Business continuity and disaster recovery

Organization and enterprise application workloads have recovery time objective (RTO) and recovery point objective (RPO) requirements. Effective business continuity and disaster recovery (BCDR) design provides platform-level capabilities that meet these requirements. To design BCDR capabilities, capture platform disaster recovery (DR) requirements.

Design considerations

Consider the following factors when designing BCDR for application workloads:

  • Application and data availability requirements:

    • RTO and RPO requirements for each workload.
    • Support for active-active and active-passive availability patterns.
  • BCDR as a service for platform-as-a-service (PaaS) services:

    • Native DR and high-availability (HA) feature support.
    • Geo-replication and DR capabilities for PaaS services.
  • Support for multiregion deployments for failover, with component proximity for performance.

  • Application operations with reduced functionality or degraded performance during an outage.

  • Workload suitability for Availability Zones or availability sets:

    • Data sharing and dependencies between zones.
    • Availability Zones compared to availability sets impact on update domains.
    • Percentage of workloads that can be under maintenance simultaneously.
    • Availability Zones support for specific virtual machine (VM) stock-keeping units (SKUs). For example, Azure Ultra Disk Storage requires using Availability Zones.
  • Consistent backups for applications and data:

    • VM snapshots.
    • Azure Backup Recovery Services vaults.
    • Subscription limits restricting the number of Recovery Services vaults and the size of each vault.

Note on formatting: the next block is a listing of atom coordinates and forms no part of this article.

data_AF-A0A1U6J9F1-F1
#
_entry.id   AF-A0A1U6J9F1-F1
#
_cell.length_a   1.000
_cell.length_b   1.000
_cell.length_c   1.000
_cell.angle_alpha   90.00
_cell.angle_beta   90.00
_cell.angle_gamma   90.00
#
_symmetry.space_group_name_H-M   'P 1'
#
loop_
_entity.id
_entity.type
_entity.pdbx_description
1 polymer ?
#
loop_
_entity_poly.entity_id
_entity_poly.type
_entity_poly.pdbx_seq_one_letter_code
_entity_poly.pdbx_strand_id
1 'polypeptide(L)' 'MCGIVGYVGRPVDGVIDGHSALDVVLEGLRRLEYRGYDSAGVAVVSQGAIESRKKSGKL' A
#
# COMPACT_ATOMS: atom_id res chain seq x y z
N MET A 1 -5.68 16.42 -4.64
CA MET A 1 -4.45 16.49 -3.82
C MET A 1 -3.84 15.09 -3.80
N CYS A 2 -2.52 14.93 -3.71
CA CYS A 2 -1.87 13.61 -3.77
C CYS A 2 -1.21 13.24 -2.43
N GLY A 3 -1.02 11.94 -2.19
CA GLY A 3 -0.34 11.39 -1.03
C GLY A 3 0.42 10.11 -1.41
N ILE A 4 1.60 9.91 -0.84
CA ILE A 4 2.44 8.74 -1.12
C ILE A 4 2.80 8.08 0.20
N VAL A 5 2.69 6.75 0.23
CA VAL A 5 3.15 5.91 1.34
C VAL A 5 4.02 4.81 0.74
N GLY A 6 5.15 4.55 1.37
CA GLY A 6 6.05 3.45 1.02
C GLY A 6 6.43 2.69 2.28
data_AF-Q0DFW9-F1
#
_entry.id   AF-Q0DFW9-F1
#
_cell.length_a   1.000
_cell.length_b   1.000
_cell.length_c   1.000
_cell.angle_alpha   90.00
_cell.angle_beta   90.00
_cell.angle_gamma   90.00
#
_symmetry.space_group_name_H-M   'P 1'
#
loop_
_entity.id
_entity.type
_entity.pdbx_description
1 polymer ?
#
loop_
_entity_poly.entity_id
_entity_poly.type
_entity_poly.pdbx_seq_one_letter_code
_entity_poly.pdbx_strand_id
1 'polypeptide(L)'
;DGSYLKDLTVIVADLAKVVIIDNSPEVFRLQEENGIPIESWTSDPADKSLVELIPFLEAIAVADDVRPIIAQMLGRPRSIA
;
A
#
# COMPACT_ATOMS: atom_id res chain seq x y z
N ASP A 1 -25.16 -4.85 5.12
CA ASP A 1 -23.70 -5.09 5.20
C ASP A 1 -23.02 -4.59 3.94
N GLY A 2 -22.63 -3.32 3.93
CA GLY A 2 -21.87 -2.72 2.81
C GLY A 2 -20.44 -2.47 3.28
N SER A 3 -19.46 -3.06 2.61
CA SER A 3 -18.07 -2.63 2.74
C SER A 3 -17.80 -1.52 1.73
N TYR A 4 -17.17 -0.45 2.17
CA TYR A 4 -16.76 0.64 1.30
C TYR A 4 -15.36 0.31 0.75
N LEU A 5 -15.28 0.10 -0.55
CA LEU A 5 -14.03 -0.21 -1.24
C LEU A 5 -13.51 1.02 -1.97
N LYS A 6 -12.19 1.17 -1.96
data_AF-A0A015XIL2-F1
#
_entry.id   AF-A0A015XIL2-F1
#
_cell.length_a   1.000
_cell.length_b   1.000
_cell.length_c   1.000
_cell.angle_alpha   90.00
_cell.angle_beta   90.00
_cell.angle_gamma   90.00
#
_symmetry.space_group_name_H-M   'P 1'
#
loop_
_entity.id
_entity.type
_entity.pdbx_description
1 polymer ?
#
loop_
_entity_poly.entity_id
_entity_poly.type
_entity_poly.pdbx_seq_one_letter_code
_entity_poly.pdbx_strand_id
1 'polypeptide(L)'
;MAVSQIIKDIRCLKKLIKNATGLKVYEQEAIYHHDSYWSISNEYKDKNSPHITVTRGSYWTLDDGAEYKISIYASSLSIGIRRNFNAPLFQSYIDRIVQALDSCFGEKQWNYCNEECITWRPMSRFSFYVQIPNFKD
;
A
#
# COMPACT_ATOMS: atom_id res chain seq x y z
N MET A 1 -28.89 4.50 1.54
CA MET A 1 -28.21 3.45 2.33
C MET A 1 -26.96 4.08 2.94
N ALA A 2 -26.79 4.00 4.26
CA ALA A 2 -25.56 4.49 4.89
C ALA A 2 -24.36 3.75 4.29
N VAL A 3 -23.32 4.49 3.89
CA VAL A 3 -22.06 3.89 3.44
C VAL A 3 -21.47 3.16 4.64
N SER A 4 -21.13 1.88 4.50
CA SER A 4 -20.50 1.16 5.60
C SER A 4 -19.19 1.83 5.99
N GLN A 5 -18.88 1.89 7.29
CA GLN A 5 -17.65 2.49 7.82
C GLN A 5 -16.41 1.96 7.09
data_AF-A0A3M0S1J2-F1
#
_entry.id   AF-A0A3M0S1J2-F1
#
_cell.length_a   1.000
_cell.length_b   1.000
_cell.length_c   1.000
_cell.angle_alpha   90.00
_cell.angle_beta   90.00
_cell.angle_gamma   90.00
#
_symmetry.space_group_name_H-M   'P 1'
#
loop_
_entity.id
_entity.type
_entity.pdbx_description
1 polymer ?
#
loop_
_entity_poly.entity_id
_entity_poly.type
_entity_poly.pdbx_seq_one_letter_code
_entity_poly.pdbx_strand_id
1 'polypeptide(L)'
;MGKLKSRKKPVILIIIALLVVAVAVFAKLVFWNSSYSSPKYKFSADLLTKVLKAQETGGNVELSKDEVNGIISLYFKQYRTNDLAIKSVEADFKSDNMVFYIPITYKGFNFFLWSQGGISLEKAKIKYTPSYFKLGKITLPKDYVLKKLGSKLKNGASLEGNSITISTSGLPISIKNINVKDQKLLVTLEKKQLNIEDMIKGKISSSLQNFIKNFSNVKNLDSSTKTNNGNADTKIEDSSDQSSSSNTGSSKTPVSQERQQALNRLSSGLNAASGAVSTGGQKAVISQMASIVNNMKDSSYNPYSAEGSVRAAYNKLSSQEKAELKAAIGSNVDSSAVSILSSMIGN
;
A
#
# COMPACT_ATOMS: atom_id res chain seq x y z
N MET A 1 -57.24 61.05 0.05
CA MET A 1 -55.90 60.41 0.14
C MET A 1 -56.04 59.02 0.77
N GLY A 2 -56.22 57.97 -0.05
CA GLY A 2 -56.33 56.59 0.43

• Network connectivity if a failover occurs:

    • Bandwidth capacity planning for Azure ExpressRoute.
    • Traffic routing during a regional, zonal, or network outage.
  • Planned and unplanned failovers:

    • IP address consistency requirements, and the potential need to maintain IP addresses after failover and failback.
    • Maintaining engineering DevOps capabilities.
    • Azure Key Vault DR for application keys, certificates, and secrets.

Design recommendations

The following design practices support BCDR for application workloads:

  • Employ Azure Site Recovery for Azure-to-Azure VM DR scenarios.

    Site Recovery uses real-time replication and recovery automation to replicate workloads across regions. Built-in platform capabilities for VM workloads meet low RPO and RTO requirements. You can use Site Recovery to run recovery drills without affecting production workloads. You can also use Azure Policy to enable replication and to audit VM protection.

  • Use native PaaS DR capabilities.

    Built-in PaaS features simplify both design and deployment automation for replication and failover in workload architectures. Organizations that define service standards can also audit and enforce the service configuration through Azure Policy.

  • Use Azure-native backup capabilities.

    Azure Backup and PaaS-native backup features remove the need for third-party backup software and infrastructure. As with other native features, you can set, audit, and enforce backup configurations with Azure Policy to ensure compliance with organization requirements.

  • Use multiple regions and peering locations for ExpressRoute connectivity.

    A redundant hybrid network architecture can help ensure uninterrupted cross-premises connectivity if an outage affects an Azure region or peering provider location.

  • Avoid using overlapping IP address ranges for production and DR sites.

    Production DR networks that use the same classless interdomain routing blocks require a failover process that can complicate and delay application failover. When possible, plan for a BCDR network architecture that provides concurrent connectivity to all sites.